You can configure an endpoint URL within SamCart’s admin panel that it will POST notifications to upon successful sales (or refunds). This code listens for those notifications and logs them to a Google Sheet spreadsheet using the Google Sheets API and it’s client library.
Tackling the task of refactoring
In an earlier article we looked at some strategies for code cleanup.
In this particular class, we have a fairly large
Run method that is doing multiple logical blocks of work.
Can you name them?
Setting up configuration, reading and parsing the HTTP request body into a
SamCartEvent POCO, and making use of the Google Sheets API to either add a new sales order or update the refund status of an existing order on a spreadsheet.
In order to simplify this code so that it’s easier to read and easier to change, let’s try to break it up into smaller bits and follow the Single Responsibility Principle more closely.
First, I found out the day of writing this article that Azure Functions allow you to benefit from the same automatic model binding that
Controllers are provided. I was lead astray by the original template-generated code that you can see is manually parsing the HTTP request body.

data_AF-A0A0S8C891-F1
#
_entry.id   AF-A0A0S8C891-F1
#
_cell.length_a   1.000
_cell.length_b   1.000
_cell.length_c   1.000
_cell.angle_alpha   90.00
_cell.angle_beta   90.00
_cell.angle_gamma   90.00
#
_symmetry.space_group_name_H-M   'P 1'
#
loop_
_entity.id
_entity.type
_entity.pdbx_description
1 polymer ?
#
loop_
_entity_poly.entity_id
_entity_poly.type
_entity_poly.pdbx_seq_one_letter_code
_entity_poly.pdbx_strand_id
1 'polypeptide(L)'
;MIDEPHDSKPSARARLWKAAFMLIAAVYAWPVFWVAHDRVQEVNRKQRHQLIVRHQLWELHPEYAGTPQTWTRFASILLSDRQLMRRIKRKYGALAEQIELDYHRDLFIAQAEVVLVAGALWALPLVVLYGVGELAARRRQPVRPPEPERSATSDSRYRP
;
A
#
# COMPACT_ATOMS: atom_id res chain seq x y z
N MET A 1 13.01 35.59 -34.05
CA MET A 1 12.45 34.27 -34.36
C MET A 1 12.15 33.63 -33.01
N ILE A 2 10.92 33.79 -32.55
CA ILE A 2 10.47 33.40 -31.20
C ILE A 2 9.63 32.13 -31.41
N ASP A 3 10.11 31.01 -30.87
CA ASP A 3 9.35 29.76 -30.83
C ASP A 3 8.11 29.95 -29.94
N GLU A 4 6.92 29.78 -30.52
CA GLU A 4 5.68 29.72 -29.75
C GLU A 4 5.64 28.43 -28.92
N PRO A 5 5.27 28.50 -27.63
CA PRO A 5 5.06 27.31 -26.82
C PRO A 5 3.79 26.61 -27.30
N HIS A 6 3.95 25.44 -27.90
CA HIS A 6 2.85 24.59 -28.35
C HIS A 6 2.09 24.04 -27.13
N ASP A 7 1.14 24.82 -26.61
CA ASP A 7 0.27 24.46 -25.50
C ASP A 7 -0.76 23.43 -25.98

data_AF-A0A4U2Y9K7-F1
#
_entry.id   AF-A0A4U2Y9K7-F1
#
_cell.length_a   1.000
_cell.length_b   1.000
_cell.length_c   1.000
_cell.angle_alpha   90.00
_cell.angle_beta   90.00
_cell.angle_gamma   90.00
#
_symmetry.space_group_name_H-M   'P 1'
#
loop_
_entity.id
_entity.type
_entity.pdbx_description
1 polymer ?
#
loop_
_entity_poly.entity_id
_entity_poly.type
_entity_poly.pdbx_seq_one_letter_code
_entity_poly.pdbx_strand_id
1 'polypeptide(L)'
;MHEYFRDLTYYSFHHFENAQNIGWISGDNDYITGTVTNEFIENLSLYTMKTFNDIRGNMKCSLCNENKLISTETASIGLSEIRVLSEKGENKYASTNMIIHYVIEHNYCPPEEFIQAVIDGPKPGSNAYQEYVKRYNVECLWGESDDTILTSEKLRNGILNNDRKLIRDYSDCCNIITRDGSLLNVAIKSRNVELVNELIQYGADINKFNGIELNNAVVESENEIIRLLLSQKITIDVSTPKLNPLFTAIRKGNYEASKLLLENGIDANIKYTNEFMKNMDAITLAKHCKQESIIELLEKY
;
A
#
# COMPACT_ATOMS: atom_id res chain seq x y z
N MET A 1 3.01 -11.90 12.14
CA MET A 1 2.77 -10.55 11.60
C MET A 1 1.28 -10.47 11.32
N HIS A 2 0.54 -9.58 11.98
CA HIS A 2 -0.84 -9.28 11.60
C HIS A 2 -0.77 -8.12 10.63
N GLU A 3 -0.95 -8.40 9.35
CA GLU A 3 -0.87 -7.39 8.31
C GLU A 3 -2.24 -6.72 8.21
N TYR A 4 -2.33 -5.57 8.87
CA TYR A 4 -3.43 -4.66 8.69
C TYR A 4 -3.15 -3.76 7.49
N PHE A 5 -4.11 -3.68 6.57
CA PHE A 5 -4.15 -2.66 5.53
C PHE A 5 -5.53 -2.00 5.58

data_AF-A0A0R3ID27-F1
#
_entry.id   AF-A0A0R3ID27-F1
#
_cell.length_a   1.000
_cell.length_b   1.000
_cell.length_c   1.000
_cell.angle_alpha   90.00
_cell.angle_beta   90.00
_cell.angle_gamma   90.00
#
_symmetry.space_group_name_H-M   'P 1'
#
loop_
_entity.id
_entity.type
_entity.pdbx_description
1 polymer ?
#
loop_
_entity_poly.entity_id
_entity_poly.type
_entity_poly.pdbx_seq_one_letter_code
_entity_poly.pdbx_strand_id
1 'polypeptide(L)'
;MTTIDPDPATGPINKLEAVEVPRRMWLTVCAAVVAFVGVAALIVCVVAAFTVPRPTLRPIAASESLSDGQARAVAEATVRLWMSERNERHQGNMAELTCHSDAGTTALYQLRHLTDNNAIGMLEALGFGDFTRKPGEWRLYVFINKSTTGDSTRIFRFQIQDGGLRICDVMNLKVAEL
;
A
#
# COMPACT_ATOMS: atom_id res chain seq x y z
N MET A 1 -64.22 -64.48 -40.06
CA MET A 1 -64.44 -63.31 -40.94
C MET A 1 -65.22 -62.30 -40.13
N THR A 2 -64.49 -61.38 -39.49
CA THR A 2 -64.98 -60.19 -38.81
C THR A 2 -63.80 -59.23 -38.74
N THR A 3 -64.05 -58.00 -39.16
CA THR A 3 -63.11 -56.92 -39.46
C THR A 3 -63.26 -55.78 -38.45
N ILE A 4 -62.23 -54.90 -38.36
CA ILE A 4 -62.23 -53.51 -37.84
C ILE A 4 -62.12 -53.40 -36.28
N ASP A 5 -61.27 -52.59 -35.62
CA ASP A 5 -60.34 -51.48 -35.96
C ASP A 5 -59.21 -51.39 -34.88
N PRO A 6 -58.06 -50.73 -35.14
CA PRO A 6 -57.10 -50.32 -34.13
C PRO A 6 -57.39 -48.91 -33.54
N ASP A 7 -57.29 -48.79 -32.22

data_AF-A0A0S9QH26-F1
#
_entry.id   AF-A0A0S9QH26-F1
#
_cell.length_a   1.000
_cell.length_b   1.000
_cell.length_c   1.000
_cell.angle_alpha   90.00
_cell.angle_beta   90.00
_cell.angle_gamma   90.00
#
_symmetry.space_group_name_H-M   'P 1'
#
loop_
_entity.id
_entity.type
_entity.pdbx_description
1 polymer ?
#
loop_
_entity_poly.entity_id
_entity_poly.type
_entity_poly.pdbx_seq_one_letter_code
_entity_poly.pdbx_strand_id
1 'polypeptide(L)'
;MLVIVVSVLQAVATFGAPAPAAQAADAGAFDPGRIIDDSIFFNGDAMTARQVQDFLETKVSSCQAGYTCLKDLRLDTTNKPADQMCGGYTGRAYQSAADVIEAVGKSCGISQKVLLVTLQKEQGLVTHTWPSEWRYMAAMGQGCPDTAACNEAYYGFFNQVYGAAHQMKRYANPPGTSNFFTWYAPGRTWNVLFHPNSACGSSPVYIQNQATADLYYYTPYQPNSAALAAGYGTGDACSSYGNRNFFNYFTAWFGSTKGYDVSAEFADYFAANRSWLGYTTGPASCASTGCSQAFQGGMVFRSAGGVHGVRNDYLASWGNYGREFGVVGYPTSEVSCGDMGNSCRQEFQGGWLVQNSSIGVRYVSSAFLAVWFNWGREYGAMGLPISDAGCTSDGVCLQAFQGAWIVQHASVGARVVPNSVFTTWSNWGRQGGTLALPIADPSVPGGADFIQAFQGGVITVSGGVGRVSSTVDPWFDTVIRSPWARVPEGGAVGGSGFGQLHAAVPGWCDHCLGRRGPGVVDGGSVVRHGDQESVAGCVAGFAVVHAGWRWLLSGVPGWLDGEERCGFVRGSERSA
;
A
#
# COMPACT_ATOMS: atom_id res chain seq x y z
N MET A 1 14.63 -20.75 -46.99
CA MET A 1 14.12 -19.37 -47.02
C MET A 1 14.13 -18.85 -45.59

So our first change is to completely eliminate that parsing logic and simply declare a
SamCartEvent as the first argument to the
I’m also going to remove the logging calls and the logger argument for the clarity of this demonstration.
With that cleaned up, we are left with only two primary tasks. Setting up configuration, and making use of the Google Sheets API.
Creating a service class
Looking a bit deeper, we see that the configuration is only used by the Google Sheets API, so we could say that the work involved in setting it up is really along the same logical block of work of calling the API’s various services.